for z1 and all p. [66.2.1.4] Here ε+ is the complex dielectric constant of a good conductor, and ε- is the complex dielectric constant for the poor conductor. [66.2.1.5] p is the volume fraction of good conductor, pc is the percolation threshold, and t and s are the conductivity and the superconductivity exponents. [66.2.1.6] For ω0, eqs. (5.17) and (5.18) yield the well-known results

 σ′⁢0=A0I⁢σ+′⁢p-pct+…, (5.19)

for p>pc, and σ0=0, for ppc for the conductivity. [66.2.1.7] For the dielectric constant, one obtains

 ε′⁢0=A1II⁢ε-′⁢p-pc-s+…, (5.20)

for p<pc, and

 ε′⁢0=A0I⁢ε+′⁢p-pct+A1I⁢ε-′⁢p-pc-s+…, (5.20)

for p>pc.

[66.2.2.1] For one-dimensional systems, the effective-medium approximation is known to be asymptotically exact for class (a) distributions.[66.2.2.2] If this remains true in higher dimensions, then the scaling theory can be applied to porous media by identifying the prefactors σ+ and ε- above as those given in eqs. (5.12) and (5.16). [66.2.2.3] The important new aspect of eqs. (5.19) and (5.20) applied to porous media is that they are universally valid in the low-porosity limit of systems having λϕμϕ which obeys condition (5.10a). [66.2.2.4] Naturally, they are also valid whenever ppc at finite ϕ¯.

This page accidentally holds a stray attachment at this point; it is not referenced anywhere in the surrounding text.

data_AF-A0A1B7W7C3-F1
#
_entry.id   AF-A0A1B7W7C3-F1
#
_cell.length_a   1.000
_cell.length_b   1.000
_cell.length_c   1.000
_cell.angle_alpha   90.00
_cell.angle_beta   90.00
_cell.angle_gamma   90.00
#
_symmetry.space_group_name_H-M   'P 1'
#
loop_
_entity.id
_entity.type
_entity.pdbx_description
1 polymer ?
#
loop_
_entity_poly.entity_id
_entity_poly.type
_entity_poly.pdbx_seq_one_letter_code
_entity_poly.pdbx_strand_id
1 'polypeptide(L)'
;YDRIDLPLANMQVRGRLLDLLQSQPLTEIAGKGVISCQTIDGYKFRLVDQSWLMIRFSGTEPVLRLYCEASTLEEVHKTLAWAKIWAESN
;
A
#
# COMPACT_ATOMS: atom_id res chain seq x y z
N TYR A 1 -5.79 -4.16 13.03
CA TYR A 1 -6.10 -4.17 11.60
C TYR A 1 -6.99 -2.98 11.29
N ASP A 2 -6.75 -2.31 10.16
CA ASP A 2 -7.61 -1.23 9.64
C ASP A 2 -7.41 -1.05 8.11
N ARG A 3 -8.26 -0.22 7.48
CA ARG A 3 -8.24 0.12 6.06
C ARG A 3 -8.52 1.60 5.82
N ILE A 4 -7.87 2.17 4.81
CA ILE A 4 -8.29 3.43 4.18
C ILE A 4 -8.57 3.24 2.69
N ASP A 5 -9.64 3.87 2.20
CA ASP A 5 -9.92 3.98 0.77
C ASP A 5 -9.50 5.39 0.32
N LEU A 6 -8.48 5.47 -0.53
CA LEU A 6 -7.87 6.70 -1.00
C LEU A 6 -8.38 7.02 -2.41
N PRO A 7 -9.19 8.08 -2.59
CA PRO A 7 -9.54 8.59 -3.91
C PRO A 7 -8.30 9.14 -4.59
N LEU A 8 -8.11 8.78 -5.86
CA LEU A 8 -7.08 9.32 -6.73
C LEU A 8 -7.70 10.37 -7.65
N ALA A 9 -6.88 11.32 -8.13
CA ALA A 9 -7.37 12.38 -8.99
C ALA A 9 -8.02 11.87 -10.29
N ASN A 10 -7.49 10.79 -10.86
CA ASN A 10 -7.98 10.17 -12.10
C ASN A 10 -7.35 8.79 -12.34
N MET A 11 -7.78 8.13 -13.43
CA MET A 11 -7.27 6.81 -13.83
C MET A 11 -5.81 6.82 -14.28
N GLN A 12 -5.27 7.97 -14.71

[66.2.3.1] Consider now the case of finite frequencies ω0. [66.2.3.2] The condition z1 in eqs. (5.18) as always satisfied for [page 67, §0]    sufficiently small ω. [67.1.0.1] On the other hand, the condition z1 is always if either ppc or ε-/ε+1. [67.1.0.2] The latter condition does not apply for the systems considered in thes paper, and thus z1 is always interpreted as ppc. [67.1.0.3] Equations (5.17) and (5.18) imply, for the case p<pc,

 σ′⁢ω=-A2II⁢σ+′⁢p-pc-2⁢s-t⁢ω2+…, (5.21)

for the conductivity, and

 ε′⁢ω=A1II⁢ε-′⁢p-pc-s+A2II⁢ε-′⁢p-pc-2⁢s-t⁢ε-′ε+′⁢ωω+2+…, (5.22)

for the dielectric constant, where ω+=σ+/ε+. [67.1.0.4] For ppc one obtains

 σ′⁢ω=AIII⁢σ+′⁢ε-′ε+′t/t+s⁢ωω+t/t+s×cos⁡φ⁢tt+s+ωω+⁢sin⁡φ⁢tt+s+… (5.23)

and

 ε′⁢ω=AIII⁢ε+′⁢ε-′ε+′t/t+s⁢ω+ωs/t+s×sin⁡-φ⁢tt+s+ωω+⁢cos⁡φ⁢tt+s+…, (5.24)

where φ=argε-/ε+. [67.1.0.5] Finally, the case p>pc leads to

 σ′⁢ω=σ+′⁢A0I⁢p-pct-A2I⁢p-pc-2⁢s-t⁢ω2+… (5.25)

and

 ε′⁢ω=A0I⁢ε+′⁢p-pct+A1I⁢ε-′⁢p-pc-s+A2I⁢ε-′⁢p-pc-2⁢s-t⁢ε-′ε+′⁢ωω+2+…. (5.26)

[67.1.0.6] These results predict a divergence of εω as ω0 with an exponent s/s+t whenever the control parameter p approaches criticality. [67.1.0.7] Simultaneously, the conductivity will also exhibit power-law behavior with exponent t/t+s. [67.1.0.8] Outside the critical region, the frequency dependency is quadratic.